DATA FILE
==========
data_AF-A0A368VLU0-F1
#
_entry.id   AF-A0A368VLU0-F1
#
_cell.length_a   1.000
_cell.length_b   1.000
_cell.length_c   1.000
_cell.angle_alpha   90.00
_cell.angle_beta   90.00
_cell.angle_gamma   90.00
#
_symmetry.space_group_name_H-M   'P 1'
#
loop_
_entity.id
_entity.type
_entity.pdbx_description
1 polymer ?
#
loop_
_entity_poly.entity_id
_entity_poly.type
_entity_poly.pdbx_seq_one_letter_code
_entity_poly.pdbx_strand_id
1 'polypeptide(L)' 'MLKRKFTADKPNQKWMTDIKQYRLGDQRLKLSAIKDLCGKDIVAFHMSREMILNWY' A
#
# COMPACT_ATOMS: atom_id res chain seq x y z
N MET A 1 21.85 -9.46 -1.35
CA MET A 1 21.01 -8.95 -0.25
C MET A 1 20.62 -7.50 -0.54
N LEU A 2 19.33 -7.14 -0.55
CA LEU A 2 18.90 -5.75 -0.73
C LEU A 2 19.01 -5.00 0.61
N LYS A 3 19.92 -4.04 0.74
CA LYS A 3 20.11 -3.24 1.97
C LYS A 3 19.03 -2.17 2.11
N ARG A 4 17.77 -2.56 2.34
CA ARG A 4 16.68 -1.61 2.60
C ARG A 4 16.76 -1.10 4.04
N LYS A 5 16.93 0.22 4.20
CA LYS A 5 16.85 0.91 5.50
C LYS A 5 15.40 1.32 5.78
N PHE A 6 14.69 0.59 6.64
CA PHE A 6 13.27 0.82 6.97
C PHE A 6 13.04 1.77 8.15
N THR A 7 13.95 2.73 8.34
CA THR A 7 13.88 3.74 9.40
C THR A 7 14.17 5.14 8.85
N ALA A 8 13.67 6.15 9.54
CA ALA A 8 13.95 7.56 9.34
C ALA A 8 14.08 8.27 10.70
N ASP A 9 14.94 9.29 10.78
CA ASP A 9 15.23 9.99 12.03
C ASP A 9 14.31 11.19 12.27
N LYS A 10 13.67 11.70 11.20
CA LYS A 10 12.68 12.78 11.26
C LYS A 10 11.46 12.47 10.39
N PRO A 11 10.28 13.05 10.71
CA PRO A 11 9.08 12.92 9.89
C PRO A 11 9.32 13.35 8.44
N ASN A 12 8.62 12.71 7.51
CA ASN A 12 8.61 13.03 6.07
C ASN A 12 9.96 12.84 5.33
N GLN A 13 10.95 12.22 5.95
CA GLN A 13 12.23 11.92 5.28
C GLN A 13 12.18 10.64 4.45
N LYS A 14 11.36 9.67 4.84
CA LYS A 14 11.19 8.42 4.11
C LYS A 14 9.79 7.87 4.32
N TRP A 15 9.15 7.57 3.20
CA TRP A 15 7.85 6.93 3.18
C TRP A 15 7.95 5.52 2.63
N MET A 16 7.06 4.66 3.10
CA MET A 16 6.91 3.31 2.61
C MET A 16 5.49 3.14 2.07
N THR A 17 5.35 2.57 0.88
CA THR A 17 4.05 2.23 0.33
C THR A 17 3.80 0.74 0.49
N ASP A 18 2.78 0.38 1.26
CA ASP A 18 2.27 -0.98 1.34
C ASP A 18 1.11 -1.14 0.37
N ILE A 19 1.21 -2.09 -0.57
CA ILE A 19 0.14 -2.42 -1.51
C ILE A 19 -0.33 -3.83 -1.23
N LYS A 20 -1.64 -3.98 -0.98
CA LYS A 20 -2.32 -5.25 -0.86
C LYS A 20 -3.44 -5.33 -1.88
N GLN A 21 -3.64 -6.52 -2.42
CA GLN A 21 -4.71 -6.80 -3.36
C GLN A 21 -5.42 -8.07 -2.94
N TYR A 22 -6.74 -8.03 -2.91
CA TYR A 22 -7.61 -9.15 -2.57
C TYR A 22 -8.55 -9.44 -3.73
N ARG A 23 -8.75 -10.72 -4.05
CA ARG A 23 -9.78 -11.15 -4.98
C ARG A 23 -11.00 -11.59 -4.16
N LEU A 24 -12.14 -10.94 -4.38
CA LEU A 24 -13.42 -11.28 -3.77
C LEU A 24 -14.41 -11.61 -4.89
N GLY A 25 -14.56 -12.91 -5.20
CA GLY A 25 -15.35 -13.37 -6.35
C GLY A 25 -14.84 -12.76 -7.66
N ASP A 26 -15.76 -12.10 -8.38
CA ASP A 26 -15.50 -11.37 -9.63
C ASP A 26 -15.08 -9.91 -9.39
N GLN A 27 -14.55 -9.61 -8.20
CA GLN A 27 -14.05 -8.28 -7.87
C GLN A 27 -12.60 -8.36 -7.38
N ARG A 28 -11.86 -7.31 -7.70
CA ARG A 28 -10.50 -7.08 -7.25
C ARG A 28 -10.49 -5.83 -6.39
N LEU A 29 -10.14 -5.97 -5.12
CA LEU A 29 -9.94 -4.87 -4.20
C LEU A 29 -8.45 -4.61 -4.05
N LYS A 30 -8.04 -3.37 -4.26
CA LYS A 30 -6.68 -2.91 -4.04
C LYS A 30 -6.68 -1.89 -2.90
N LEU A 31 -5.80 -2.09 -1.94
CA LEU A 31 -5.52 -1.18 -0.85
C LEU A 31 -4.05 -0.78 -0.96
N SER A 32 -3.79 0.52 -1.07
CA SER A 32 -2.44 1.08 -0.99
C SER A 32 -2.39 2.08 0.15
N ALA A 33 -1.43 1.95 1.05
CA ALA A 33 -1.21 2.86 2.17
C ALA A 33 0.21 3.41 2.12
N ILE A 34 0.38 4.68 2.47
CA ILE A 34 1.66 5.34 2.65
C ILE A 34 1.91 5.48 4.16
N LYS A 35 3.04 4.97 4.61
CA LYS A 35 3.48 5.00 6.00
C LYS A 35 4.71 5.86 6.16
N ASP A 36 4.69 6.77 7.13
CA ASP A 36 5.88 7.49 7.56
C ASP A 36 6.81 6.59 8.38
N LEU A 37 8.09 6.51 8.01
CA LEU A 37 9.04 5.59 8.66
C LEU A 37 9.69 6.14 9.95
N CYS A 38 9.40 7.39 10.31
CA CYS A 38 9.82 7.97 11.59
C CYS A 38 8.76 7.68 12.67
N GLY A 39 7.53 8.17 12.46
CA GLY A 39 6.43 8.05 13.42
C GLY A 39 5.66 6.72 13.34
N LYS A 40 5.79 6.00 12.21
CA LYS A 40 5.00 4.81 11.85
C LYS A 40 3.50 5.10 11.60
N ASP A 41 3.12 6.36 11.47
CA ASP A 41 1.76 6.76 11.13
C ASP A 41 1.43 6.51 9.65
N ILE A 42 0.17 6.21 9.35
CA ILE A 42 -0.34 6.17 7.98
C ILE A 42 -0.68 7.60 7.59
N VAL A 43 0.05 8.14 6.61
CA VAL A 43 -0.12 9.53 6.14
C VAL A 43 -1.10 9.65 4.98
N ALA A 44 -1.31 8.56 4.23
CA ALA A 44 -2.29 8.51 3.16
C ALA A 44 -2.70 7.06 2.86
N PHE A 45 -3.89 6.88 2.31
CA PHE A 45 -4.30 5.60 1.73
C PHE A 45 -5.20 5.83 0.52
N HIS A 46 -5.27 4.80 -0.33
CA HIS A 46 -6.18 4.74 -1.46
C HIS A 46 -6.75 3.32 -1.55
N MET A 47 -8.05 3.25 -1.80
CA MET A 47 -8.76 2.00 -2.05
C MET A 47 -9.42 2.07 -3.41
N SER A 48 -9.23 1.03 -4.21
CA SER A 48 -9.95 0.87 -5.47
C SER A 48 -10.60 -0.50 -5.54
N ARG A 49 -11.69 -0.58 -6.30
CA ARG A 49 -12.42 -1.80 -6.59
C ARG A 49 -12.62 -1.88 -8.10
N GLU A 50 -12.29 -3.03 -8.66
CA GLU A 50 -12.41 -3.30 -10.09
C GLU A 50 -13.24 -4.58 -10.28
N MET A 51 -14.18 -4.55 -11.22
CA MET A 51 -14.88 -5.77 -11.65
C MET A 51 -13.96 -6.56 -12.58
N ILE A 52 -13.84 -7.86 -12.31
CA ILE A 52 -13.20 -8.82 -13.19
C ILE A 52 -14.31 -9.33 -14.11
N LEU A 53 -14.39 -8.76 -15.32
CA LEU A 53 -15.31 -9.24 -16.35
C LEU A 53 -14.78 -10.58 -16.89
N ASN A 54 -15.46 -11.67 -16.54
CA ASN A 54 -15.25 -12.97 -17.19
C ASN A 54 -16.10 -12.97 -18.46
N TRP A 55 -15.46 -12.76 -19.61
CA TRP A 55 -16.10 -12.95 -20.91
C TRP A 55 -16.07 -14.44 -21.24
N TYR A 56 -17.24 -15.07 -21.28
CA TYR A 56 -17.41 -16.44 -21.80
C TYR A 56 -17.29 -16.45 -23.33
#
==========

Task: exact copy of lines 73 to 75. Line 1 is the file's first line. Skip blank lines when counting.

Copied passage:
N MET A 16 7.06 4.66 3.10
CA MET A 16 6.91 3.31 2.61
C MET A 16 5.49 3.14 2.07